Tuesday, December 9, 2014

The Value of Emergent Fun

I had a fun little experience today with Lone Spelunker that I thought I would share.

A while back, I read about the "Talcum Passage".  It's a passage in Carlsbad Caverns' lower caves where the floor is covered in gypsum powder.  It's typically mentioned only in passing – I can't even seem to find a photo of it on the internet (and the internet has photos of everything!).  But the thought of kicking up powder as you walk through a passage was too good to pass up, so I added the ability for the cave generator to sprinkle gypsum powder on the floor of a passage every once in a while.  When you walk on it, it kicks up little clouds of dust that float around in the air for a bit and then settle.

Fast forward to today.  I'm playing the game, testing it by generating lots of caves and just running through them.  I'm immensely pleased that it's still quite fun even though I've been working on this a long time, but as I'm the one coding the game, I have a pretty good idea of how everything works.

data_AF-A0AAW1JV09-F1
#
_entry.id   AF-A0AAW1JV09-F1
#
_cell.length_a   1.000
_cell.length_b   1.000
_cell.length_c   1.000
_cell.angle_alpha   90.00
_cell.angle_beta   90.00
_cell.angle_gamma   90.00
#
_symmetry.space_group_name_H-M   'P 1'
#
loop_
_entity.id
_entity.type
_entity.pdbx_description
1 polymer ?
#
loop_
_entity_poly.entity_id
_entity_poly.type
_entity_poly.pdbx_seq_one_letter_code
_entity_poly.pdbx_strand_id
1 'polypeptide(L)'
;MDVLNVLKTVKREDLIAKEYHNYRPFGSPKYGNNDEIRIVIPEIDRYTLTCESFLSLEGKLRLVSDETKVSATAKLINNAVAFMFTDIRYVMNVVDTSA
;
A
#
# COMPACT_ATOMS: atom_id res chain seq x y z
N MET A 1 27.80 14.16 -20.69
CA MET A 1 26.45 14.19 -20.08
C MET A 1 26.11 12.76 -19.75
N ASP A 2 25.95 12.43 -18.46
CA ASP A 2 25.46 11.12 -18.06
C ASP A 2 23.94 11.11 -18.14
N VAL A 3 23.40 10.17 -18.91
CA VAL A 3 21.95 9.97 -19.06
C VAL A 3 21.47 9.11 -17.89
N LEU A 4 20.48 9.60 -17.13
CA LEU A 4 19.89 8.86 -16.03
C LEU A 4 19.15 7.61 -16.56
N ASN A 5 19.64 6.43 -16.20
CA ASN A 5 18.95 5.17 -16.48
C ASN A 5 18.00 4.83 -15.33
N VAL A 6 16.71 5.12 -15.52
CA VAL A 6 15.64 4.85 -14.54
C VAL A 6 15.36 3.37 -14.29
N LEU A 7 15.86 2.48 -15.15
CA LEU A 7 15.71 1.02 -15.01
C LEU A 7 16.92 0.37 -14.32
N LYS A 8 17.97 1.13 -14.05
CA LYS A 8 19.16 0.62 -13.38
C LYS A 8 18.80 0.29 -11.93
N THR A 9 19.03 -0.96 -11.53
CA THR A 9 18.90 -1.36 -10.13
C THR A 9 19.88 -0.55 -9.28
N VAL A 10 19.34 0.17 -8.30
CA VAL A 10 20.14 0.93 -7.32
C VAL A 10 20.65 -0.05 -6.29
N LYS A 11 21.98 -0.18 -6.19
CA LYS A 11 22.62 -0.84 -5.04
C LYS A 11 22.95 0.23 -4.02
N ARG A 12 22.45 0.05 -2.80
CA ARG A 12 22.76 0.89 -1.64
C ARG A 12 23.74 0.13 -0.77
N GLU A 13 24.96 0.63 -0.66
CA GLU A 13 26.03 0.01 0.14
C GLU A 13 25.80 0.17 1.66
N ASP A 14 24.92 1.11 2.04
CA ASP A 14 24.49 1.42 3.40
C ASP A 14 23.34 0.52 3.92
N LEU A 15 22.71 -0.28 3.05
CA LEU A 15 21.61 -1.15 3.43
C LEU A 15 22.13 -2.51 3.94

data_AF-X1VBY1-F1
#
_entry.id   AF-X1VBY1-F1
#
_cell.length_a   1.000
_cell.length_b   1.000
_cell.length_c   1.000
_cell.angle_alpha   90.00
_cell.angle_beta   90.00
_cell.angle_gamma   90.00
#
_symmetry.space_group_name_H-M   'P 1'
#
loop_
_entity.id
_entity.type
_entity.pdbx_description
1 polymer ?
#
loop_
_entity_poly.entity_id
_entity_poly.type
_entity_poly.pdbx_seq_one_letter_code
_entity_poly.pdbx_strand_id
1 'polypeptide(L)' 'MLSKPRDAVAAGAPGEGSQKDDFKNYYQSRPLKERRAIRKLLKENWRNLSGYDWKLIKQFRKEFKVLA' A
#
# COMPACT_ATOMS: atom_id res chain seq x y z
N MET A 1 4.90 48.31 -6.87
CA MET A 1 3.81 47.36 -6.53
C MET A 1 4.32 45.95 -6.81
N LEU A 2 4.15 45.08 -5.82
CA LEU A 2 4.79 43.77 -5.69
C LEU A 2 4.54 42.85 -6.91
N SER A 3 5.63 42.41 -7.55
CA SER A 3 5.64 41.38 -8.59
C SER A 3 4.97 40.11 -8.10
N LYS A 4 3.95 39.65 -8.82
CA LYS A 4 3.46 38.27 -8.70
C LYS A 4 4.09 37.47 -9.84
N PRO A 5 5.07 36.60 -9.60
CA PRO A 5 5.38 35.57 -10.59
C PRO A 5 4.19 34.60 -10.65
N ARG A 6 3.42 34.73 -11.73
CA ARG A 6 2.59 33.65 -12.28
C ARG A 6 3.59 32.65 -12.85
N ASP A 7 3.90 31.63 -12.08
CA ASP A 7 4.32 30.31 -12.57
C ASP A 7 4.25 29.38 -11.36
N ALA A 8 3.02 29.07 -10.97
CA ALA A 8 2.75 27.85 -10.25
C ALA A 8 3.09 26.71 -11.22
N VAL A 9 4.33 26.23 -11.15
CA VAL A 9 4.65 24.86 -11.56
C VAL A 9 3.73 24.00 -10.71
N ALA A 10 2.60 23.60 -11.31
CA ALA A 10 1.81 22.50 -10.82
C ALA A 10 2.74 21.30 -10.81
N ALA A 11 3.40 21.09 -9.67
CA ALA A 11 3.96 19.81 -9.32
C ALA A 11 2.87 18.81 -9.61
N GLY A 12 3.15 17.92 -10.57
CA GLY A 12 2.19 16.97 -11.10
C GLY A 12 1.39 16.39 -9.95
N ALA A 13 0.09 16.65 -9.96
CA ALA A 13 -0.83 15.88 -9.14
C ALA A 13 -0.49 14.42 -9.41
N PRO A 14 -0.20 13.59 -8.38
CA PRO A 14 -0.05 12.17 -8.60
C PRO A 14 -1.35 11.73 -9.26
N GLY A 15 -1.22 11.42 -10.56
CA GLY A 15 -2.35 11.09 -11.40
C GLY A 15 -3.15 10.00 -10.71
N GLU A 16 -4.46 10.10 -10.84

But in one cave today, it created a very long, sloping passage and covered it in gypsum powder.  I rappelled down into it from a chamber above, and realized what I was standing in.  Almost immediately, I began hurtling down the sloping passage, kicking up white powder as I went.  It was like skiing!

This was not a fun element I had considered when I had put in the gypsum powder (nor the sloping corridor, for that matter), but the emergent nature of the exploration in this game really made this a fun moment.

It's one thing for your game to delight your players, but it's another to be able to delight yourself.  Procedural games have that ability - the game designer can be just as surprised by what the game spits out as the players are.  It makes procedural worlds very fun to develop, because even for the developer, it can engender a sense of unexpected wonder and fun.

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